Should we be open about our office romance?

Question: I’m in a relationship with someone at work. Should we be open about this with co-workers? There are no prohibitions on dating in our company handbook.

Before you consider whether or not to tell your co-workers, first ask yourself if the relationship is appropriate. Does one of you report to or supervise the other? If one person has direct responsibility over the other, or if the two people have vastly unequal job status, the relationship creates an opportunity for sexual harassment. That potential makes an already delicate situation even more problematic. Also, take a moment to consider the other thorny issues. If you stop dating each other, would you still be able to work together? Or would you be willing to look for other jobs? Will both of you be able to maintain healthy boundaries between your work life and your personal life? Is this a casual fling, or a more serious relationship, worth the risk?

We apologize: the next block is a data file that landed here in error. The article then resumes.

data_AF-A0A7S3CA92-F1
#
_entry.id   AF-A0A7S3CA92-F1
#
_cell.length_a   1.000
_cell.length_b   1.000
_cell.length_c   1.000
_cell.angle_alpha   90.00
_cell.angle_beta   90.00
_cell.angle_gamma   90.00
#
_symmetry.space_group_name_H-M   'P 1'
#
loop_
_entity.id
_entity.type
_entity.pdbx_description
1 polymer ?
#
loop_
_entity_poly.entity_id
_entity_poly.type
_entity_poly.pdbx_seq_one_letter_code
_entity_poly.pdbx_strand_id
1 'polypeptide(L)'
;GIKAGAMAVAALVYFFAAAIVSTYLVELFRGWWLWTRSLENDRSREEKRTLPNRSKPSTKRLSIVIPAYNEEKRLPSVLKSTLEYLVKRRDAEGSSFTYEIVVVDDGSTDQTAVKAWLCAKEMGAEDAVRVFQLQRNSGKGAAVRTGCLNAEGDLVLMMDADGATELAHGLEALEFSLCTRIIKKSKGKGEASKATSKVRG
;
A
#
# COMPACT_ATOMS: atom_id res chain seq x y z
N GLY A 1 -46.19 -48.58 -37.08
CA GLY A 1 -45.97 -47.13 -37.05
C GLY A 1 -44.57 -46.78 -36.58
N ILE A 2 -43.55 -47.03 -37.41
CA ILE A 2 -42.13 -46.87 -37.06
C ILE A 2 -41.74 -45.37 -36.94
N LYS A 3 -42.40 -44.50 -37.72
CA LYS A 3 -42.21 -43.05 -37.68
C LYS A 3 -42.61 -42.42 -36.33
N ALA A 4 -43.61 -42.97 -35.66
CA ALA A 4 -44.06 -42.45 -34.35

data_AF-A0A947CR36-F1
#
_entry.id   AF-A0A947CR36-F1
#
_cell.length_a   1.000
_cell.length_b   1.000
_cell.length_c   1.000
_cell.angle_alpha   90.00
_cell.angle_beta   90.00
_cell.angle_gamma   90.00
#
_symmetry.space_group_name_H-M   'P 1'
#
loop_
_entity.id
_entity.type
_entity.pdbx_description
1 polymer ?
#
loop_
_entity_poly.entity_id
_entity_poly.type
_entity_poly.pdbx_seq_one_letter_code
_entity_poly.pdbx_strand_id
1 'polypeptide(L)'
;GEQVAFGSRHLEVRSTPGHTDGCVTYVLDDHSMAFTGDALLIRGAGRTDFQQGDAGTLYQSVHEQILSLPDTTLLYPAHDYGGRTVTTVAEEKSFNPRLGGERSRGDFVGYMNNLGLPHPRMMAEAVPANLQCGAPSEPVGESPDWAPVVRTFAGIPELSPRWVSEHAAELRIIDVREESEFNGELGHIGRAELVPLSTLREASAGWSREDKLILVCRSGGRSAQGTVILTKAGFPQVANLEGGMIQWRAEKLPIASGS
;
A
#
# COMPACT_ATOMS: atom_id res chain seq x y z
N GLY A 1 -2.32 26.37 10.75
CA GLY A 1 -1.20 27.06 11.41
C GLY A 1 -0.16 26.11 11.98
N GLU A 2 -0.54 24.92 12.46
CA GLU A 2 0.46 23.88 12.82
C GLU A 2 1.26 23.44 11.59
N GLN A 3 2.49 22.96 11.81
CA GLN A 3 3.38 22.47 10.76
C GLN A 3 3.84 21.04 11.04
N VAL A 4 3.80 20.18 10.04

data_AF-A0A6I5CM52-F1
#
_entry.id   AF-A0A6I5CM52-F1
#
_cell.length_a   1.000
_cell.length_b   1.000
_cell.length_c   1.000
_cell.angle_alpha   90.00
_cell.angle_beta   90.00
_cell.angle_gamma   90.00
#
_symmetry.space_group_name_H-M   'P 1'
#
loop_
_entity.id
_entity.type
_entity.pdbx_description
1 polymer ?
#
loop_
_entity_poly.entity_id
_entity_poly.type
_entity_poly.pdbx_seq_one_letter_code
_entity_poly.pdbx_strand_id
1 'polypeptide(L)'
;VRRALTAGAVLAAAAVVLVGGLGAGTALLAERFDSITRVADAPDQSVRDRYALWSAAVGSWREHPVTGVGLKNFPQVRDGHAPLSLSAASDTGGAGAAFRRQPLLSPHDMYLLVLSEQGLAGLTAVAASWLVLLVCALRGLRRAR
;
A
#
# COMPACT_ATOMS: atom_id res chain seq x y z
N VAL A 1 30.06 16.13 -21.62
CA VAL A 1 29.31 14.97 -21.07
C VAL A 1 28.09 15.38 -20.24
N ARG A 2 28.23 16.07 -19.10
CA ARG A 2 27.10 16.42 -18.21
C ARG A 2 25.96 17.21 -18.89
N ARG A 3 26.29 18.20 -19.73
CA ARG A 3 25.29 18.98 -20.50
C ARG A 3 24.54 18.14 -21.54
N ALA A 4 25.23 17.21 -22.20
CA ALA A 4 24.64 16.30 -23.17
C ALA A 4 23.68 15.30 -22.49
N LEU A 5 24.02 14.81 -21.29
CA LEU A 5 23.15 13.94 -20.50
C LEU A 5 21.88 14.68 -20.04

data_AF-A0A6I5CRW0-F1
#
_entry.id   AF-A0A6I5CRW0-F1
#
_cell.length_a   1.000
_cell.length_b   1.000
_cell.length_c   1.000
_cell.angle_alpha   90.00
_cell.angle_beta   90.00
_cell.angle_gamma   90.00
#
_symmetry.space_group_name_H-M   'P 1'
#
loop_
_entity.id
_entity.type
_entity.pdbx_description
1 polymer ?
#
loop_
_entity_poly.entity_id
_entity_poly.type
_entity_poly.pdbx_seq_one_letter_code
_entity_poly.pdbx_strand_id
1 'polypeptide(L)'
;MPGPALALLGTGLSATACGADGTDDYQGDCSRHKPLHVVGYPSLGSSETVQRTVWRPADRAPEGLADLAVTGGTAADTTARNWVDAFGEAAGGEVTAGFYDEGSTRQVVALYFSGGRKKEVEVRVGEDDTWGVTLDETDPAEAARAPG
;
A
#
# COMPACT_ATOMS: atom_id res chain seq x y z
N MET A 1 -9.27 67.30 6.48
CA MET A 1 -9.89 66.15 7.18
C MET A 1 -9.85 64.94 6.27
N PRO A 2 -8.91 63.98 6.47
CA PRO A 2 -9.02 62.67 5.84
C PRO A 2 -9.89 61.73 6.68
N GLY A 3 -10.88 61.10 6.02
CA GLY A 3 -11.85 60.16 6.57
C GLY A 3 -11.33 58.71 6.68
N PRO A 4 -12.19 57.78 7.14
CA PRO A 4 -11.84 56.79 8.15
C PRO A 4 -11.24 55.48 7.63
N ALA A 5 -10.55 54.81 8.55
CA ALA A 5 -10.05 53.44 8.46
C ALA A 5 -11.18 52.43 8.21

If, after careful thought, you decide to continue dating, then exercise the same discretion about the relationship as you do about other details of your personal life. Never let it be a distraction to either of you or any of your colleagues. At a minimum, turn off the flirtation while you’re at work and keep conversations about personal matters out of the workplace. A middle-ground approach may help. Rather than either hiding or flaunting your relationship, remain professional at all times and let the natural progression of your relationship determine what you say, when, and to whom.

Neela Kale

Neela Kale

Neela Kale is a writer and catechetical minister based in the Archdiocese of Portland. She served with the Incarnate Word Missionaries in Mexico and earned a Master of Divinity at the Jesuit School of Theology. Some of her best theological reflection happens on two wheels as she rides her bike around the hills of western Oregon.